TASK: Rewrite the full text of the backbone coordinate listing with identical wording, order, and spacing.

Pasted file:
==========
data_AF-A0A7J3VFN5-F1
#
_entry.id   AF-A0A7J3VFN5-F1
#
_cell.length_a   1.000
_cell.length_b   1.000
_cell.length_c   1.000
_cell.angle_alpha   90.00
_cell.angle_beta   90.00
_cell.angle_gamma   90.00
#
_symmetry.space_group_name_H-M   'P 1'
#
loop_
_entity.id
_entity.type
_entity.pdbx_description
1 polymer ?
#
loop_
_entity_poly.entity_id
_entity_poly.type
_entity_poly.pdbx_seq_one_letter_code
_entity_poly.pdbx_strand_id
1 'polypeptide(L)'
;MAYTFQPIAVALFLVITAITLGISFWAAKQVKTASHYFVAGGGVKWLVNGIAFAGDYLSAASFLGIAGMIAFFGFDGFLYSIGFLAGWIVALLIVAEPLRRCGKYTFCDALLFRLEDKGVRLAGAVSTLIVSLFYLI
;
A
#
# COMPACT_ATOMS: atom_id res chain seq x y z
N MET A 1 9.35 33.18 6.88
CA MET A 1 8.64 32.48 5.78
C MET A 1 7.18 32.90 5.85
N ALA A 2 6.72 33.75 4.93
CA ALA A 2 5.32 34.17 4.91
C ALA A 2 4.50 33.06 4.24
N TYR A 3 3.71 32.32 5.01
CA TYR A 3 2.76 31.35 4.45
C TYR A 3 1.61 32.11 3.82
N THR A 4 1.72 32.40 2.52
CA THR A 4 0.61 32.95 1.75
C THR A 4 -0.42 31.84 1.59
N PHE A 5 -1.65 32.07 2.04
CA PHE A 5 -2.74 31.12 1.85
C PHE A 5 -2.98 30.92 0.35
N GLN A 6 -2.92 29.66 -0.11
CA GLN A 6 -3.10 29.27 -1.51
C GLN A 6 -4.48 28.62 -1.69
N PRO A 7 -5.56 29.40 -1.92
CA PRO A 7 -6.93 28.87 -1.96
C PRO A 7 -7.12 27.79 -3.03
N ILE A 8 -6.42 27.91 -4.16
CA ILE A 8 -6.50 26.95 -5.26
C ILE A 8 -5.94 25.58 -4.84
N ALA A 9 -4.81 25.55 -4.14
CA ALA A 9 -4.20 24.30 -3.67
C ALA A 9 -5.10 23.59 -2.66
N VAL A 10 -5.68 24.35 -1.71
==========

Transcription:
data_AF-A0A7J3VFN5-F1
#
_entry.id   AF-A0A7J3VFN5-F1
#
_cell.length_a   1.000
_cell.length_b   1.000
_cell.length_c   1.000
_cell.angle_alpha   90.00
_cell.angle_beta   90.00
_cell.angle_gamma   90.00
#
_symmetry.space_group_name_H-M   'P 1'
#
loop_
_entity.id
_entity.type
_entity.pdbx_description
1 polymer ?
#
loop_
_entity_poly.entity_id
_entity_poly.type
_entity_poly.pdbx_seq_one_letter_code
_entity_poly.pdbx_strand_id
1 'polypeptide(L)'
;MAYTFQPIAVALFLVITAITLGISFWAAKQVKTASHYFVAGGGVKWLVNGIAFAGDYLSAASFLGIAGMIAFFGFDGFLYSIGFLAGWIVALLIVAEPLRRCGKYTFCDALLFRLEDKGVRLAGAVSTLIVSLFYLI
;
A
#
# COMPACT_ATOMS: atom_id res chain seq x y z
N MET A 1 9.35 33.18 6.88
CA MET A 1 8.64 32.48 5.78
C MET A 1 7.18 32.90 5.85
N ALA A 2 6.72 33.75 4.93
CA ALA A 2 5.32 34.17 4.91
C ALA A 2 4.50 33.06 4.24
N TYR A 3 3.71 32.32 5.01
CA TYR A 3 2.76 31.35 4.45
C TYR A 3 1.61 32.11 3.82
N THR A 4 1.72 32.40 2.52
CA THR A 4 0.61 32.95 1.75
C THR A 4 -0.42 31.84 1.59
N PHE A 5 -1.65 32.07 2.04
CA PHE A 5 -2.74 31.12 1.85
C PHE A 5 -2.98 30.92 0.35
N GLN A 6 -2.92 29.66 -0.11
CA GLN A 6 -3.10 29.27 -1.51
C GLN A 6 -4.48 28.62 -1.69
N PRO A 7 -5.56 29.40 -1.92
CA PRO A 7 -6.93 28.87 -1.96
C PRO A 7 -7.12 27.79 -3.03
N ILE A 8 -6.42 27.91 -4.16
CA ILE A 8 -6.50 26.95 -5.26
C ILE A 8 -5.94 25.58 -4.84
N ALA A 9 -4.81 25.55 -4.14
CA ALA A 9 -4.20 24.30 -3.67
C ALA A 9 -5.10 23.59 -2.66
N VAL A 10 -5.68 24.35 -1.71